July 9, 2008 By News Report
The city of Salzburg, Austria, will partner with Autodesk as the first pilot city in the company's new Digital Cities initiative. The announcement was made with the Mayor of Salzburg at the AGIT 2008 conference in Salzburg.
The Digital City initiative is a unique technology designed to provide a collaborative environment for visualizing, analyzing and simulating the future impact of urban design and development at a citywide scale. Salzburg is one of the great cultural and historic centers of Europe, and the project will help it integrate city data into a highly detailed 3D model of the city. This combination of city data with realistic visualization and simulation tools can allow Salzburg to view and interact with the city landscape, as well as analyze the impact of future urban planning, tourism and economic development projects before they are built.
"I am very pleased to announce the launch of this pilot project which holds considerable significance for modern urban administration," said Dr. Heinz Schaden, mayor of the city of Salzburg. "With Autodesk as a leader in design innovation and the University of Salzburg drawing on its many years of experience in the geo-information area, we have two internationally acknowledged partners joining forces to realize this future project. The digital city model will help cities like ours better understand the impact of proposed urban projects. This type of pilot program will help us better understand how we can create an attractive and sustainable future for Salzburg and its people."
Scientific personnel from Salzburg University's Center of Geo-information (Z_GIS) are involved with the implementation of Digital City for the city of Salzburg. "As a competence center for geo-information, we are pleased to be able to contribute to one of the most ambitious innovation projects worldwide, and to be able to do this in our home town of Salzburg. Thanks to this project, students can benefit from gaining decisive knowledge advantages and participating companies in Salzburg can develop services upon this new platform. In this way, the Z_GIS will be strongly oriented to economic, scientific and administrative interfaces."
"Salzburg is one of the most progressive, well known cities in the world and so they are a natural choice to participate as our first pilot city. Our Digital City technology can help the city and community of Salzburg communicate, collaborate, and deliver projects in a more effective -- and sustainable -- way," said Lisa Campbell, vice president, Autodesk Geospatial. "We are proud to work with them and our longstanding partner, the University of Salzburg, to create a business tool that will help Salzburg plan and operate sustainable development essential for tomorrow's high-performance cities and economies."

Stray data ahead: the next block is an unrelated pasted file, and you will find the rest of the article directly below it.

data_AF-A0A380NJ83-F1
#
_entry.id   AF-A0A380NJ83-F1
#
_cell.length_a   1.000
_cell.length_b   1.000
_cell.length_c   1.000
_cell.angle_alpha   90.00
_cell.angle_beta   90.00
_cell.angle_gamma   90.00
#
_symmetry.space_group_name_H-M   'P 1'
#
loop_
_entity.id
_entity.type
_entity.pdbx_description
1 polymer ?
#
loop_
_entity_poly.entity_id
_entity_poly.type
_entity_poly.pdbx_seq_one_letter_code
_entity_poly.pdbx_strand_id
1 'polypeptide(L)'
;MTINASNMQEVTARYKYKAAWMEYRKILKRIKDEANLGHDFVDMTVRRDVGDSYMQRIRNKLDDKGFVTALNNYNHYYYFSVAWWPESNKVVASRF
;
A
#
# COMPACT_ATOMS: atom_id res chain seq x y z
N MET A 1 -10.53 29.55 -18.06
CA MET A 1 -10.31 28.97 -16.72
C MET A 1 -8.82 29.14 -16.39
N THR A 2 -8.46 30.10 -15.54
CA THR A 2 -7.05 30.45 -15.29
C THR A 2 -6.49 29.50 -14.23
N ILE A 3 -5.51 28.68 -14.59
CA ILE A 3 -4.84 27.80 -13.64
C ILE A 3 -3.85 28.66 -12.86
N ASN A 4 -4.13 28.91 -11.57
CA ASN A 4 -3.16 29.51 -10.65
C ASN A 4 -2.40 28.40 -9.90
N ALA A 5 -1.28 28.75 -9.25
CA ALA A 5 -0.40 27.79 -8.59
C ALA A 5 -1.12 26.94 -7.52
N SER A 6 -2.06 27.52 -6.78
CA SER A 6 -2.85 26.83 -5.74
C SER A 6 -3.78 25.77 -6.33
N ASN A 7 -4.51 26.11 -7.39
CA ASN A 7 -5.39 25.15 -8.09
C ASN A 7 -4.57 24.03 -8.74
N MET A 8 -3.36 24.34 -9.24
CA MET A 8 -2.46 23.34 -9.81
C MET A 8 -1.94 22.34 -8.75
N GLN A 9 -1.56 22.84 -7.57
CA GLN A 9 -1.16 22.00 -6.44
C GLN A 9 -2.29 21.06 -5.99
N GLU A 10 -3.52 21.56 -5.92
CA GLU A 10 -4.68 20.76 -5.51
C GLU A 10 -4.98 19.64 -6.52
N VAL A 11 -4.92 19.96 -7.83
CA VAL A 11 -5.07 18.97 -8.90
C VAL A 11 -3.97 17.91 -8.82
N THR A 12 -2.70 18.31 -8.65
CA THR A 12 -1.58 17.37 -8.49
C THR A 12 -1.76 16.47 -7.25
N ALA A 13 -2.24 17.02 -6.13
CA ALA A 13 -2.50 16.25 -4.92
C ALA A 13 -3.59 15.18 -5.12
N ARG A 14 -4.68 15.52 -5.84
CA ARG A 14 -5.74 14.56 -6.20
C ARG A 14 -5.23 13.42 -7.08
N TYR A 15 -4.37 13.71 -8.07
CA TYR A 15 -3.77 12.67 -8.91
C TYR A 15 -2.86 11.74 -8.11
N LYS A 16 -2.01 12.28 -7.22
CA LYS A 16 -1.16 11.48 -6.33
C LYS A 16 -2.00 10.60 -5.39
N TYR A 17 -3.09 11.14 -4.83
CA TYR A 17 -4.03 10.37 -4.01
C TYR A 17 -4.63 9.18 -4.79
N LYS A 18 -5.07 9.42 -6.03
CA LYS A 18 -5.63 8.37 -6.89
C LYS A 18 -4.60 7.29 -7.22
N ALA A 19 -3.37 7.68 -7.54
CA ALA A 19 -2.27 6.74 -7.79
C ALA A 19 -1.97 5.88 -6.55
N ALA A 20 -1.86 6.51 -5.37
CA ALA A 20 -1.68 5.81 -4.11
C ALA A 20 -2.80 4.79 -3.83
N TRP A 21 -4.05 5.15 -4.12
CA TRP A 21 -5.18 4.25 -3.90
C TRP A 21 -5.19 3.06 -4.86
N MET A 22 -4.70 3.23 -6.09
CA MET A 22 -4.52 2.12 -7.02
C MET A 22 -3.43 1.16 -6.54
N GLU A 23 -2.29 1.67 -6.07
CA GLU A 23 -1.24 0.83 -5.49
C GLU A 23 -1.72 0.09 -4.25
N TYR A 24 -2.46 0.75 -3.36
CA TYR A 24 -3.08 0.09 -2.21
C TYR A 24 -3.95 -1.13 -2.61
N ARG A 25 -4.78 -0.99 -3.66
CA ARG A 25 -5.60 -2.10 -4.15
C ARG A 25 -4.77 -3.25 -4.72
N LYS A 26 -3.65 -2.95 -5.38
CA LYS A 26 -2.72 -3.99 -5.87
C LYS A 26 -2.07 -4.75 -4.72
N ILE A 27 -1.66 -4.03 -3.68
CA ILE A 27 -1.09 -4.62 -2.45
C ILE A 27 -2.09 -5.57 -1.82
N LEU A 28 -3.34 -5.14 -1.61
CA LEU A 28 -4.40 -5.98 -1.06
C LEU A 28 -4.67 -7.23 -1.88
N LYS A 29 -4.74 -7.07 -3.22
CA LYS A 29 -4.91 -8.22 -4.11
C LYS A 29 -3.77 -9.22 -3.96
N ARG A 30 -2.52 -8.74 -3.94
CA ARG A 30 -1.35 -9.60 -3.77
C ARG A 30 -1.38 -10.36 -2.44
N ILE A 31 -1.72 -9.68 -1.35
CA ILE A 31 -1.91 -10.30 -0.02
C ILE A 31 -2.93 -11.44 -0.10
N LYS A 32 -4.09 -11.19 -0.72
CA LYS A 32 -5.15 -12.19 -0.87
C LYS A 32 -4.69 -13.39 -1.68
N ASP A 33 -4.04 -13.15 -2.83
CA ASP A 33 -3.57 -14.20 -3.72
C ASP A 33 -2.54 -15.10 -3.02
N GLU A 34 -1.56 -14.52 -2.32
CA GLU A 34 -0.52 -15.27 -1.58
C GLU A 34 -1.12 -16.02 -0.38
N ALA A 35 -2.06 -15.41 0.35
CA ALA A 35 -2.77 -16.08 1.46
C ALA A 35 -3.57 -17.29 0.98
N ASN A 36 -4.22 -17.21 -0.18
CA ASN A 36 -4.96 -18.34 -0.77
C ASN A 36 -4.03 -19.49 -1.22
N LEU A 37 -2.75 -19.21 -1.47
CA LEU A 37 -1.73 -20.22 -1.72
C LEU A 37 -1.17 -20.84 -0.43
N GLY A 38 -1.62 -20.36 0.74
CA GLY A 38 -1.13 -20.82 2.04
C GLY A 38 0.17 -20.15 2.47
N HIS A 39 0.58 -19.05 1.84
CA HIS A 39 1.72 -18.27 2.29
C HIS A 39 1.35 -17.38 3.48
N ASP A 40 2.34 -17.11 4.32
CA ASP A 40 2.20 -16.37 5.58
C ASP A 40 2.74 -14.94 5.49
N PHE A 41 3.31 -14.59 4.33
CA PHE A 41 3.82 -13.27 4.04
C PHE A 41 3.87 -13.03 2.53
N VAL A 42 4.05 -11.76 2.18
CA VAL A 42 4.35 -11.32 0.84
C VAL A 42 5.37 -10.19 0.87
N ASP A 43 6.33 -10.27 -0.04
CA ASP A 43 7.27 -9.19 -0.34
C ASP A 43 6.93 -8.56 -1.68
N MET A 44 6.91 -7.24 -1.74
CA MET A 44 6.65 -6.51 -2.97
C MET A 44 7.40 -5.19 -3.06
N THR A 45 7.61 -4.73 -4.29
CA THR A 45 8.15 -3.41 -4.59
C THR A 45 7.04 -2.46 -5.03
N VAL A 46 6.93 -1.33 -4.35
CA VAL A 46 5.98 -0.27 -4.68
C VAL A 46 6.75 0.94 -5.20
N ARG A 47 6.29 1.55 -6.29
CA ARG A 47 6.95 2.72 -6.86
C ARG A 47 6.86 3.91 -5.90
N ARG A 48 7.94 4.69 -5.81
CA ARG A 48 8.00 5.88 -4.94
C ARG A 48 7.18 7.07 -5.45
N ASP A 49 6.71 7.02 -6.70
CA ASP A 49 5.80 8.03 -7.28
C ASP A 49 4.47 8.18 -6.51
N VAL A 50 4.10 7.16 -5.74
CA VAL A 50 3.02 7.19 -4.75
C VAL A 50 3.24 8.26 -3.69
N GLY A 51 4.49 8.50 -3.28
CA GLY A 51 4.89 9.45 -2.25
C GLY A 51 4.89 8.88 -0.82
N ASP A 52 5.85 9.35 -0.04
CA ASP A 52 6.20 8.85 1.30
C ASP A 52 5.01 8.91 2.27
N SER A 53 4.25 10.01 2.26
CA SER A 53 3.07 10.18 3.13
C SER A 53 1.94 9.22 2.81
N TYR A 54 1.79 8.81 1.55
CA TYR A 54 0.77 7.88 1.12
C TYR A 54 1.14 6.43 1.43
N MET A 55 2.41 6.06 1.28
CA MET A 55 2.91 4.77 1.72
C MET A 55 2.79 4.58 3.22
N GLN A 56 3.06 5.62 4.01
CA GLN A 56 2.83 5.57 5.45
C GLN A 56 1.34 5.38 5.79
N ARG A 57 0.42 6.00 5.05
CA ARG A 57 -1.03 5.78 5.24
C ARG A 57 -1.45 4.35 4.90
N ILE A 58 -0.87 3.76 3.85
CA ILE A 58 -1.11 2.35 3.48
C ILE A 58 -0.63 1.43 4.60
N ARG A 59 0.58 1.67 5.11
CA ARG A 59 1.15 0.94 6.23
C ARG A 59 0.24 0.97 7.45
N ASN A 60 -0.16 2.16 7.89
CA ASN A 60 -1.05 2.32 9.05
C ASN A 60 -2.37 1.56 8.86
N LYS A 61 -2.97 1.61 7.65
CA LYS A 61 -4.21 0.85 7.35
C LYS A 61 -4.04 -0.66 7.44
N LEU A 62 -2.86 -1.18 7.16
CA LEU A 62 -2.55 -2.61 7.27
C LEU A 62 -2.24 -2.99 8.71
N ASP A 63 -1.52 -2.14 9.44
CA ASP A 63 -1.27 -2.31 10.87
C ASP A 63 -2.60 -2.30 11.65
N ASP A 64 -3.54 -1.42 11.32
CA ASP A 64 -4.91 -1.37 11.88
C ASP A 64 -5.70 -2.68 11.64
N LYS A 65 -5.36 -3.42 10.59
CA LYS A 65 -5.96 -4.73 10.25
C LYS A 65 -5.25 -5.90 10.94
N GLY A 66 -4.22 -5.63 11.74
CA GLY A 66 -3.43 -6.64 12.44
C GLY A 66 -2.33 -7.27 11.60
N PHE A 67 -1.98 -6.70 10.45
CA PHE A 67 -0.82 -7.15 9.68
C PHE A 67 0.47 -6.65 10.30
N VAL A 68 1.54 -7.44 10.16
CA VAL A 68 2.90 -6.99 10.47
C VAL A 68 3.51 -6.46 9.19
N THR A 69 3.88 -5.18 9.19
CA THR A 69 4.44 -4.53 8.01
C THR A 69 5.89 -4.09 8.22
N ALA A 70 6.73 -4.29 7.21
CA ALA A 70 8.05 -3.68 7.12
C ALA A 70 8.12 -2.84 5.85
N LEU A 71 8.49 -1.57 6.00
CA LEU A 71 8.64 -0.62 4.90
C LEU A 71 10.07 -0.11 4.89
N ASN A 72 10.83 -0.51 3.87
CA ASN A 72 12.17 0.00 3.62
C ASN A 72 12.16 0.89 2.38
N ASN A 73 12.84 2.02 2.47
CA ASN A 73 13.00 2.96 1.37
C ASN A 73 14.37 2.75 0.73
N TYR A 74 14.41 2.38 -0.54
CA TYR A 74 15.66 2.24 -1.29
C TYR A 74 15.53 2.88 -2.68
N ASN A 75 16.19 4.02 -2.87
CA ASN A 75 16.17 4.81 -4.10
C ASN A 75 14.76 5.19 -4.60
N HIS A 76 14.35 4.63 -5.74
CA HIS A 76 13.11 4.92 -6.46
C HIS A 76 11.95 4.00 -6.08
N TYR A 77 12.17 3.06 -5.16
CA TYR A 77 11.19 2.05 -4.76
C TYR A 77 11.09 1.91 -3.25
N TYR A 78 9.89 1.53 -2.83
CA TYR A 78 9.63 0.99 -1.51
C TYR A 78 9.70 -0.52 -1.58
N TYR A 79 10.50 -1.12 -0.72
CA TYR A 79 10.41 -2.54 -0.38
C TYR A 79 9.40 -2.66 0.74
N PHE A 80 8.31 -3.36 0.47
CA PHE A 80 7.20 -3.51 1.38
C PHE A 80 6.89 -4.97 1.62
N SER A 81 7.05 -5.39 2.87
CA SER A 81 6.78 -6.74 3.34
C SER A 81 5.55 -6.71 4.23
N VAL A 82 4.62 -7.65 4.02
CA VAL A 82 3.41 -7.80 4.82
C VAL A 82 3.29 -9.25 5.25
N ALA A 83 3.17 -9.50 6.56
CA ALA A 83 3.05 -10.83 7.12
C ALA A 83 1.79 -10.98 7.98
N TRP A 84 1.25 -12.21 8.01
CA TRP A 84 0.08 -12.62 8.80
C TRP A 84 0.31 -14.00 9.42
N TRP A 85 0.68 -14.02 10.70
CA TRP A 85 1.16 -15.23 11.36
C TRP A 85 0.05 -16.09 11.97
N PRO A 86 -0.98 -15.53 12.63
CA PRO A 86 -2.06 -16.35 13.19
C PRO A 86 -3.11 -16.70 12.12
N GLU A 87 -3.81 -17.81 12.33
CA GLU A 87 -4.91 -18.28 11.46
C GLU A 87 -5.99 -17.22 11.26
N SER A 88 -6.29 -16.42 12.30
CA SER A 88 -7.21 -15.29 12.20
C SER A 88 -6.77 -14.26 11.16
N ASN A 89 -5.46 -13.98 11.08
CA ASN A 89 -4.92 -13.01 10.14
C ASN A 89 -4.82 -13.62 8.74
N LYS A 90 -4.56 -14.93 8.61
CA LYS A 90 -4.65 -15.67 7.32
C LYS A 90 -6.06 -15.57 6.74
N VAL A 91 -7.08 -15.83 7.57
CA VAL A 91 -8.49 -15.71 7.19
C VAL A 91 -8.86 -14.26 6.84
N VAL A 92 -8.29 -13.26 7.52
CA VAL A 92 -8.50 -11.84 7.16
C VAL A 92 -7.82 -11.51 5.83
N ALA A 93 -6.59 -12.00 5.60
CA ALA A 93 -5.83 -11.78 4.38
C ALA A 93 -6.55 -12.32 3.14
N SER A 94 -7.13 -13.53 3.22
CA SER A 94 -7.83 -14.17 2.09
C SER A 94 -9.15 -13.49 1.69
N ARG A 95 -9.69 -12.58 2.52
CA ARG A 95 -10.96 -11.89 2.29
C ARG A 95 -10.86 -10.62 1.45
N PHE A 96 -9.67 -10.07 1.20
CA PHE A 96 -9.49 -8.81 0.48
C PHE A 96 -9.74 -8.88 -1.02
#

About Digital Cities Technology
A Digital City allows stakeholders from the public, city government, construction, and business communities to work together to understand how many different proposals could impact the urban environment by experiencing the future of the city before it becomes real.
The goal of this pilot program is for Salzburg to be able to bring together 3D models of above and below ground features in an open platform that supports secure and robust integration of CAD, building information modeling (BIM), geospatial, civil engineering, and infrastructure data over a wide geographic area. By combining this data with realistic visualization, analysis and simulation tools, a Digital City can deliver an intuitive and compelling way to understand the impact of plans and proposals from any point in time and from any point of view.
This Digital Communities white paper highlights discussions with IT officials in four counties that have adopted shared services models. Our aim was to learn about the obstacles these governments have faced when it comes to shared services and what it takes to overcome those roadblocks. We also spoke with several members of the IT industry who have thought long and hard about these issues. The paper offers some best practices for shared government-to-government services, but also points out challenges that government and industry still must overcome before this model gains widespread adoption.